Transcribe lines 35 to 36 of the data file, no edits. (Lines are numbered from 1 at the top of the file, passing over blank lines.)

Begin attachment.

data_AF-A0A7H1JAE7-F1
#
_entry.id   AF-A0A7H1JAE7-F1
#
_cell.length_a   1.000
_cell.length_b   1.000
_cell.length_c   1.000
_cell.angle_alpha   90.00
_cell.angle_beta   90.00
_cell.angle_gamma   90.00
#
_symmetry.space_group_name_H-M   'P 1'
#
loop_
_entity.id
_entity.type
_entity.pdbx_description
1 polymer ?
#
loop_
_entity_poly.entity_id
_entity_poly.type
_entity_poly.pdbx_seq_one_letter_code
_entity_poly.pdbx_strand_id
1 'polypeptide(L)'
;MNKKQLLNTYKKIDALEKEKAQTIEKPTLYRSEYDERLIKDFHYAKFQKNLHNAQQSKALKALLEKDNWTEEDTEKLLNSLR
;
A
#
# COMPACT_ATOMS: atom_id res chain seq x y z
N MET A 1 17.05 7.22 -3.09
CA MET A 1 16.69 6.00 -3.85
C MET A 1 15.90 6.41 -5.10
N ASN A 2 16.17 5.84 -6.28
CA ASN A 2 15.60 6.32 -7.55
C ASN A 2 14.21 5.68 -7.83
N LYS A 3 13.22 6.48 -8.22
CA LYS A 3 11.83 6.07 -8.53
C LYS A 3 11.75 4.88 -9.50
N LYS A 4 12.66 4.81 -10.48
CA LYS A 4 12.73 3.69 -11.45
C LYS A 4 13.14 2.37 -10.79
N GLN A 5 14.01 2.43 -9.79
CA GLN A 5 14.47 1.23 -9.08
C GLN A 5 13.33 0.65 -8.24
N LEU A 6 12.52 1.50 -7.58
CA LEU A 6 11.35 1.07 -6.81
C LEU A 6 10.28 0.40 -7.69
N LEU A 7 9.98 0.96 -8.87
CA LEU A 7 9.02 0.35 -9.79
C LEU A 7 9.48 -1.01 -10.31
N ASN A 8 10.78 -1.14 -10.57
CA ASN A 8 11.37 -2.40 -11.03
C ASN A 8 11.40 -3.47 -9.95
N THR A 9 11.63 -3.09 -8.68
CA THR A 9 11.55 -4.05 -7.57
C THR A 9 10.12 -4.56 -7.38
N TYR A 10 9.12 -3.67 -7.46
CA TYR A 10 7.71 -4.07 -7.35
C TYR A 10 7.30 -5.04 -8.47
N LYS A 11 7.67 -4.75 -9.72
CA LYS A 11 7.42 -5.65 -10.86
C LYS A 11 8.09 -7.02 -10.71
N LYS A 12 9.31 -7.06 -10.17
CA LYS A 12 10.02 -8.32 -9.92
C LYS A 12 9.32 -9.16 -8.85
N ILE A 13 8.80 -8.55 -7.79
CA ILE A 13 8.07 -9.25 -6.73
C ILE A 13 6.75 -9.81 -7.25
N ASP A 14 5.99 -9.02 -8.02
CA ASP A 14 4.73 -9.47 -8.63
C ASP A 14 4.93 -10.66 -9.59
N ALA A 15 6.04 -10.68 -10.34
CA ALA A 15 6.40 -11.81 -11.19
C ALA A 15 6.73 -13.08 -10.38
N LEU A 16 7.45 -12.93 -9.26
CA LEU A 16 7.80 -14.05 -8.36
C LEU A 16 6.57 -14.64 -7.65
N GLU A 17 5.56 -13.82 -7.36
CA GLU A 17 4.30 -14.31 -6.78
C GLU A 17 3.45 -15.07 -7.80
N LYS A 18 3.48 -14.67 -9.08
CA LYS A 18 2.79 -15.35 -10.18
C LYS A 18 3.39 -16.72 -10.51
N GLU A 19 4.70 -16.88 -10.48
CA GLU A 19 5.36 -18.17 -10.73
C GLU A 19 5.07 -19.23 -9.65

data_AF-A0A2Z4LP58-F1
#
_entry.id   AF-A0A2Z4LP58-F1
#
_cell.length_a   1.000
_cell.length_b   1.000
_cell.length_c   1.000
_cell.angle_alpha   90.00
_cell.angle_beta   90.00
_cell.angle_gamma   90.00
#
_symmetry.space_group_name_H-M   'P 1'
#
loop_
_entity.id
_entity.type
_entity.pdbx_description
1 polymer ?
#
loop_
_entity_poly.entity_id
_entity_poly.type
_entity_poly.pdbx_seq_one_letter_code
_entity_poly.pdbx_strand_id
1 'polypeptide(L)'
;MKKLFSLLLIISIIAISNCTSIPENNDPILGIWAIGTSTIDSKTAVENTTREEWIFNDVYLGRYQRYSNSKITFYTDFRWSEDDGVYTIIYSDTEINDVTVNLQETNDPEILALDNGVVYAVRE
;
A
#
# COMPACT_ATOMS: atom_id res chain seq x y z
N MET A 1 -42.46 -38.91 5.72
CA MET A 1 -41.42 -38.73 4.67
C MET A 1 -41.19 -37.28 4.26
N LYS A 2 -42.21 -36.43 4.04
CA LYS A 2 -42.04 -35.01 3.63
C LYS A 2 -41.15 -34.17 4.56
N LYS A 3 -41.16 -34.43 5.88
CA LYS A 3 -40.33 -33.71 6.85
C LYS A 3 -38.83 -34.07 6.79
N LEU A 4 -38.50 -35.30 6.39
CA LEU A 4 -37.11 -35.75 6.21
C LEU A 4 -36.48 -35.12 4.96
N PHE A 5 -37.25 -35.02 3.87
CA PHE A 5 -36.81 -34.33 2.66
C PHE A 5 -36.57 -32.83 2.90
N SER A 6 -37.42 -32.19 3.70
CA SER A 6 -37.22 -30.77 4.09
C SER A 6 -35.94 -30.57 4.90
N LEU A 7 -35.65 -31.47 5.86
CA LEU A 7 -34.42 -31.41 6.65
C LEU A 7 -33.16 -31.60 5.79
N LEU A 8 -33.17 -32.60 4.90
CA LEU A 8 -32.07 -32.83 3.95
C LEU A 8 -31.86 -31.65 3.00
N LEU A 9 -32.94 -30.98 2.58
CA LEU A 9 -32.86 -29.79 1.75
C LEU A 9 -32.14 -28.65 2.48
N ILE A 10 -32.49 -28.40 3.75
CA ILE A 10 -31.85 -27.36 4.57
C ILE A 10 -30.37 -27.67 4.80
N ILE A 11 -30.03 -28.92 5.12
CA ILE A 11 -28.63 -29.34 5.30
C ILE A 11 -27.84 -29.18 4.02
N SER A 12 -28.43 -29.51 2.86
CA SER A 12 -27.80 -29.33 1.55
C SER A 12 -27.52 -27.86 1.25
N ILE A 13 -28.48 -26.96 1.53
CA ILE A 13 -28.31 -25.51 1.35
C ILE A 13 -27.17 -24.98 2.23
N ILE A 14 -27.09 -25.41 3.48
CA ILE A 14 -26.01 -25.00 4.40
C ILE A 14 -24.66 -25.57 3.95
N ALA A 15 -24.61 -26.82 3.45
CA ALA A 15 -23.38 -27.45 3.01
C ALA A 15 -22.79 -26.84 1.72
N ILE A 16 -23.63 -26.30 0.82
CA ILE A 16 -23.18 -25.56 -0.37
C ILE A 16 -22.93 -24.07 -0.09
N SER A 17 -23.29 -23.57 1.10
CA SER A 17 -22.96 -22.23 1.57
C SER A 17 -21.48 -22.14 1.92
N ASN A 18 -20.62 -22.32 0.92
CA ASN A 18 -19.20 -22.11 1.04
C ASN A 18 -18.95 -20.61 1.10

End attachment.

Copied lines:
CA ASN A 2 15.60 6.32 -7.55
C ASN A 2 14.21 5.68 -7.83